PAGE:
Low-level mixed-phase clouds in a complex Arctic environment
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Low-level mixed-phase clouds in a complex Arctic environment

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  • Journal Title:
    Atmospheric Chemistry and Physics
  • Description:
    Low-level mixed-phase clouds (MPCs) are common in the Arctic. Both local and large-scale phenomena influence the properties and lifetime of MPCs. Arctic fjords are characterized by complex terrain and large variations in surface properties. Yet, not many studies have investigated the impact of local boundary layer dynamics and their relative importance on MPCs in the fjord environment. In this work, we used a combination of ground-based remote sensing instruments, surface meteorological observations, radiosoundings, and reanalysis data to study persistent low-level MPCs at Ny-Ålesund, Svalbard, for a 2.5-year period. Methods to identify the cloud regime, surface coupling, and regional and local wind patterns were developed. We found that persistent low-level MPCs were most common with westerly winds, and the westerly clouds had a higher mean liquid (42 g m−2) and ice water path (16 g m−2) compared to those with easterly winds. The increased height and rarity of persistent MPCs with easterly free-tropospheric winds suggest the island and its orography have an influence on the studied clouds. Seasonal variation in the liquid water path was found to be minimal, although the occurrence of persistent MPCs, their height, and their ice water path all showed notable seasonal dependency. Most of the studied MPCs were decoupled from the surface (63 %–82 % of the time). The coupled clouds had 41 % higher liquid water path than the fully decoupled ones. Local winds in the fjord were related to the frequency of surface coupling, and we propose that katabatic winds from the glaciers in the vicinity of the station may cause clouds to decouple. We concluded that while the regional to large-scale wind direction was important for the persistent MPC occurrence and properties, the local-scale phenomena (local wind patterns in the fjord and surface coupling) also had an influence. Moreover, this suggests that local boundary layer processes should be described in models in order to present low-level MPC properties accurately.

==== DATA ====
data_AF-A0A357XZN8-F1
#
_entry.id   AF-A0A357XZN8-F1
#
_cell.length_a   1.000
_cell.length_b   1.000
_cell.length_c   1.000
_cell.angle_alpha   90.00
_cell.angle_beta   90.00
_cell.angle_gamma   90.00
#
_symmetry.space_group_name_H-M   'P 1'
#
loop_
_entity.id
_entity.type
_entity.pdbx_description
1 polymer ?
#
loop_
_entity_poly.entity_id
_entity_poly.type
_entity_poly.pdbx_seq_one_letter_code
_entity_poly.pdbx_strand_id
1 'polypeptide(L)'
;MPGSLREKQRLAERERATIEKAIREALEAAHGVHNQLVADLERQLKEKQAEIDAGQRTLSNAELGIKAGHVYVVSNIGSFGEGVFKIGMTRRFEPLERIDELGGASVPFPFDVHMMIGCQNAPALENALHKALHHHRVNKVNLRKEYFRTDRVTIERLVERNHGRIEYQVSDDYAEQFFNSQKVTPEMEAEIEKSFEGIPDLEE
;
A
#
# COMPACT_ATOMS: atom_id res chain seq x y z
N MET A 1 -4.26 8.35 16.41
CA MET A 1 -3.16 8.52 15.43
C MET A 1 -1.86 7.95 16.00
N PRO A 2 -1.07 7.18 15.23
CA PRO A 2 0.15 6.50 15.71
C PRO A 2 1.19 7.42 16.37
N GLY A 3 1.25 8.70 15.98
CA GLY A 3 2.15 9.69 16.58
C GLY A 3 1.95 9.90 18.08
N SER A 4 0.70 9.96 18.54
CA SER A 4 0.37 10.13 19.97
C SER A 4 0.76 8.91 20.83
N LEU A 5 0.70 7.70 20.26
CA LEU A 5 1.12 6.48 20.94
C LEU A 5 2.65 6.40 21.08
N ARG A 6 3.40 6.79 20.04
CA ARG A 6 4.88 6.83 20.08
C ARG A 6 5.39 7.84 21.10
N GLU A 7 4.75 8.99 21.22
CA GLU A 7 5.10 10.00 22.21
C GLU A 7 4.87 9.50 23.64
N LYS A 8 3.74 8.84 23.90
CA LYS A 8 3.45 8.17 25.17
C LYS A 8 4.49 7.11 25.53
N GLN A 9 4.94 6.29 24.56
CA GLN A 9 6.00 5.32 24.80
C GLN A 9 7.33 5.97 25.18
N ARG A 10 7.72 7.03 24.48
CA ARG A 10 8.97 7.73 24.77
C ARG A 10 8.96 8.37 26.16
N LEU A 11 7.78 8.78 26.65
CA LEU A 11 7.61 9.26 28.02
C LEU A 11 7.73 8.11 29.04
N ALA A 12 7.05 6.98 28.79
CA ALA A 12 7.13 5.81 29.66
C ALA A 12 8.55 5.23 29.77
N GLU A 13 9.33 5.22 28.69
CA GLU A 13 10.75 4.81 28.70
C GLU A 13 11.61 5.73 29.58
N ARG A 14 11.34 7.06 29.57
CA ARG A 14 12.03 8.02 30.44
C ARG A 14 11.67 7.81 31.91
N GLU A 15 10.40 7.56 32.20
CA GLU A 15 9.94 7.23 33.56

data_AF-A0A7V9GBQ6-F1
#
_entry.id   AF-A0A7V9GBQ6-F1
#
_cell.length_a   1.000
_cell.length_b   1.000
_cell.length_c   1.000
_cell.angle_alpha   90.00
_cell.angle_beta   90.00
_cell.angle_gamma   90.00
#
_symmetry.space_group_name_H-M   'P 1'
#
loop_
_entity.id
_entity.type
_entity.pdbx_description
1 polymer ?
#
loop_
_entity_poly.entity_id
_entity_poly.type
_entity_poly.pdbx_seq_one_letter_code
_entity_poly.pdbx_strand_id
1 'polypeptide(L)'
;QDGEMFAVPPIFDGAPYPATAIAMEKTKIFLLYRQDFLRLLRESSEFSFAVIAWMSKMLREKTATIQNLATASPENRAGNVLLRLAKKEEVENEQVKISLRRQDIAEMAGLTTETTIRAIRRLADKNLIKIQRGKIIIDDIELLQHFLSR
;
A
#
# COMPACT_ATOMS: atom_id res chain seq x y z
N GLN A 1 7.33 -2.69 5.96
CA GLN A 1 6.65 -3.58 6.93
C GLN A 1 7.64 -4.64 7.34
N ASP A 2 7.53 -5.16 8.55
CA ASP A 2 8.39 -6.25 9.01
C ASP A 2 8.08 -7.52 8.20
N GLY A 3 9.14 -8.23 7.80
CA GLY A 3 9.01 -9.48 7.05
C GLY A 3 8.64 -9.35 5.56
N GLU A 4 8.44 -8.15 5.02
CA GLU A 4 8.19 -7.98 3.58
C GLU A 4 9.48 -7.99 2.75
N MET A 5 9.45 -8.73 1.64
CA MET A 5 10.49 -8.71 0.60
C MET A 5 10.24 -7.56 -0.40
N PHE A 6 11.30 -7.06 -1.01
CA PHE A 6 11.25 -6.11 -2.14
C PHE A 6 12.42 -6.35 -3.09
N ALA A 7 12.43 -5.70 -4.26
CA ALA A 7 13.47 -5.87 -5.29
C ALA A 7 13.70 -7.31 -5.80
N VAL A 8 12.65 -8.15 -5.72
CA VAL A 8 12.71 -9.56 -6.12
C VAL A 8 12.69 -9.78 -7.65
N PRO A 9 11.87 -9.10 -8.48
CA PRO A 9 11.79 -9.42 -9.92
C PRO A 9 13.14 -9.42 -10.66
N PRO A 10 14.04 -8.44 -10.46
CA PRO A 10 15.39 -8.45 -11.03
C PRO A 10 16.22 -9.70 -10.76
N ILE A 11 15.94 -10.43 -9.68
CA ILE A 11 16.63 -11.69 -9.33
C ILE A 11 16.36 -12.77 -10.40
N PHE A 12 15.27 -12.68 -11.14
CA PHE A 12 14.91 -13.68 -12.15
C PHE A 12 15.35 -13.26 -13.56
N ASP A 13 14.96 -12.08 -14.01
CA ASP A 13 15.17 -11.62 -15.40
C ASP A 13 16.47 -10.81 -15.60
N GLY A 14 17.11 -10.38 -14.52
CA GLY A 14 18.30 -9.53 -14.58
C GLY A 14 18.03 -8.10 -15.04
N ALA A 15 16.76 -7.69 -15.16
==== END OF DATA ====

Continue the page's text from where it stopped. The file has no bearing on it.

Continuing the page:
• Source:
    Atmos. Chem. Phys., 20, 3459–3481, 2020
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  • Rights Information:
    CC BY
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